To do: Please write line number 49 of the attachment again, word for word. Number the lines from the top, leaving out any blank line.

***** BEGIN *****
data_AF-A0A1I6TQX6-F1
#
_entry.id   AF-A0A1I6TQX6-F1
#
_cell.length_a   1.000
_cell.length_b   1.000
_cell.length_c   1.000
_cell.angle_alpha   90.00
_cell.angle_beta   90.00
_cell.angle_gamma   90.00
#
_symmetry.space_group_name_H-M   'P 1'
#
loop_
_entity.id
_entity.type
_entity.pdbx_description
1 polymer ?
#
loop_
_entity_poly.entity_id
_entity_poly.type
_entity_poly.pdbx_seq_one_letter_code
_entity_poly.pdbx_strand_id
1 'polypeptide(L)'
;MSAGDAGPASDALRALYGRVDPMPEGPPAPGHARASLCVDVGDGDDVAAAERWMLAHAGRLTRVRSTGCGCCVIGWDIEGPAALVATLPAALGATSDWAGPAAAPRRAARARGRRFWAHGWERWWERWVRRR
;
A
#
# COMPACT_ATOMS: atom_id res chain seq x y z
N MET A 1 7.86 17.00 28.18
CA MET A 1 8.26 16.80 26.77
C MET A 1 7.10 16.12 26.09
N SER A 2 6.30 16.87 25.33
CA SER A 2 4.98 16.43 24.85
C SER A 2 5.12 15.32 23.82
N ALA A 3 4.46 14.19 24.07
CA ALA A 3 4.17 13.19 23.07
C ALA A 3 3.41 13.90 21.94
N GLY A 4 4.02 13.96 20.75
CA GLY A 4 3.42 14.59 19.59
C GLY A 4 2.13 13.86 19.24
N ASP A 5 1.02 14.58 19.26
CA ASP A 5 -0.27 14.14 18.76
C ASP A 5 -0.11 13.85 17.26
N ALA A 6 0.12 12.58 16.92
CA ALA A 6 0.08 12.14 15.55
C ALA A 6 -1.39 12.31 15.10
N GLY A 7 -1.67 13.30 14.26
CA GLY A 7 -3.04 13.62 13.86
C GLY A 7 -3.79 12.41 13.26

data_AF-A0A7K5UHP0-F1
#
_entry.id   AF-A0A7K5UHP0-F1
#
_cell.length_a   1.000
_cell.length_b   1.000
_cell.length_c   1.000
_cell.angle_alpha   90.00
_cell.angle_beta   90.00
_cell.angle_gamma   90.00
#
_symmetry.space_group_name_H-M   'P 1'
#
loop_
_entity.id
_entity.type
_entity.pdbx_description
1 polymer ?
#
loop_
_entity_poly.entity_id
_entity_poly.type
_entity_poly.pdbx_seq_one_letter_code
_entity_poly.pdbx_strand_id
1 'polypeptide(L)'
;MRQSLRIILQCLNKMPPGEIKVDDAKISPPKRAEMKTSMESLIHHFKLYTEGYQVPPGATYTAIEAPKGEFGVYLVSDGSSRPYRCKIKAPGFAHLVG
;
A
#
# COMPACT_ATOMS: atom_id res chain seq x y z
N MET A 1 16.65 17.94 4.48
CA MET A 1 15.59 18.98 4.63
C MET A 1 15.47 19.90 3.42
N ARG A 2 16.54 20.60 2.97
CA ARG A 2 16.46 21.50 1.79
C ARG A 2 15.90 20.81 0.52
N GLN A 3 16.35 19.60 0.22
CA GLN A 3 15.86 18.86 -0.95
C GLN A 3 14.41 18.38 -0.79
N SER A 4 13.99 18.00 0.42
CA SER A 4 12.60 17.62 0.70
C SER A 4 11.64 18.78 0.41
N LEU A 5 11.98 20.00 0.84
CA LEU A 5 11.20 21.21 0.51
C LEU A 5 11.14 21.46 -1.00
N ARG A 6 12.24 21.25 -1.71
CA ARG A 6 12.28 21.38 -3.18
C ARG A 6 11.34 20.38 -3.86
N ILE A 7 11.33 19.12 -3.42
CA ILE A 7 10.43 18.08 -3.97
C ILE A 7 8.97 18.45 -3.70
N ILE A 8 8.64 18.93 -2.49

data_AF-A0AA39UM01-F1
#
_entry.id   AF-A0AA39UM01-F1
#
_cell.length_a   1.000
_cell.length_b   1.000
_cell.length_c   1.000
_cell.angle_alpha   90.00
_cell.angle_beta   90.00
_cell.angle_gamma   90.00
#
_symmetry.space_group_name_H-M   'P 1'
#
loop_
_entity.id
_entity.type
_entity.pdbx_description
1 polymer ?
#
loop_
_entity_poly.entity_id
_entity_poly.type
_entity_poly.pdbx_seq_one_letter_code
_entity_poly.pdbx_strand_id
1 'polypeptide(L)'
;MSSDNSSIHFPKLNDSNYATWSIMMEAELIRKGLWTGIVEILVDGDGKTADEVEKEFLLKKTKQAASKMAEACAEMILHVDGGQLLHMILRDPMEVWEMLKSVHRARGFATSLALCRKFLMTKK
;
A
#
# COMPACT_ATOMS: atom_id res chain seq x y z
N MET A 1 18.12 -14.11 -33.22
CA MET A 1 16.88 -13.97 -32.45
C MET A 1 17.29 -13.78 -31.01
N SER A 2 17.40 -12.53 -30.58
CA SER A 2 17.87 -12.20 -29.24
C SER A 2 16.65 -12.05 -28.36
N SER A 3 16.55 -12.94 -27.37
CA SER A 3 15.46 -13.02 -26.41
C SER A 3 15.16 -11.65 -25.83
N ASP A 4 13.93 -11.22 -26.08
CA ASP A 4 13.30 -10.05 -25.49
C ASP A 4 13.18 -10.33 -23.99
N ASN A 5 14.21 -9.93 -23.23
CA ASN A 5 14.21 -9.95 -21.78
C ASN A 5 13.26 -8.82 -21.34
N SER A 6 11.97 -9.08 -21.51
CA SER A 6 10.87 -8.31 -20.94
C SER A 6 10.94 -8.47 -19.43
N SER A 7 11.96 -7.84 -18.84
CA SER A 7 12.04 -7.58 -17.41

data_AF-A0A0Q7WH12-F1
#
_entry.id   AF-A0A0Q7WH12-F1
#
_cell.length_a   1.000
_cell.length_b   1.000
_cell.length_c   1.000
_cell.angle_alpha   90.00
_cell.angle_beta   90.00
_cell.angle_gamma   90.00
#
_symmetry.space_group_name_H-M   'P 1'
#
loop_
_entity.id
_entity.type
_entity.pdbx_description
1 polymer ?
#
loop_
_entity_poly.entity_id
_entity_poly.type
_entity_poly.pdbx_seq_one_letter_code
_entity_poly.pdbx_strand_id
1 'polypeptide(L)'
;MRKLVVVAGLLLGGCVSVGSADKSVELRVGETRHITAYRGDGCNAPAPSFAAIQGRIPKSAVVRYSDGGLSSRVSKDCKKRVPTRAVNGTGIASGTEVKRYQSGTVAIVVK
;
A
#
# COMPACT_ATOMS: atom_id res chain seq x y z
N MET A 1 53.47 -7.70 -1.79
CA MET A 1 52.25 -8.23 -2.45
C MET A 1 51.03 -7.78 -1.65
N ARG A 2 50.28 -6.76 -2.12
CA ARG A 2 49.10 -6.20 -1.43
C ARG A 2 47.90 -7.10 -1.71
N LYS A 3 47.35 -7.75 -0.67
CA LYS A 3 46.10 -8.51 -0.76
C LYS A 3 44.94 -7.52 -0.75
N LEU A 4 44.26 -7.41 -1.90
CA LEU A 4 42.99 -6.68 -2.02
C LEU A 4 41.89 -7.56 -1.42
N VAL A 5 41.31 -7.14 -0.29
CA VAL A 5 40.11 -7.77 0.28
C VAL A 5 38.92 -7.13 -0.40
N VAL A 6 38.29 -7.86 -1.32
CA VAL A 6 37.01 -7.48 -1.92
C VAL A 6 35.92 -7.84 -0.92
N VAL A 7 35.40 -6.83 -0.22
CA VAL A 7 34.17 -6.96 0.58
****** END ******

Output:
N GLY A 7 -1.67 13.30 14.26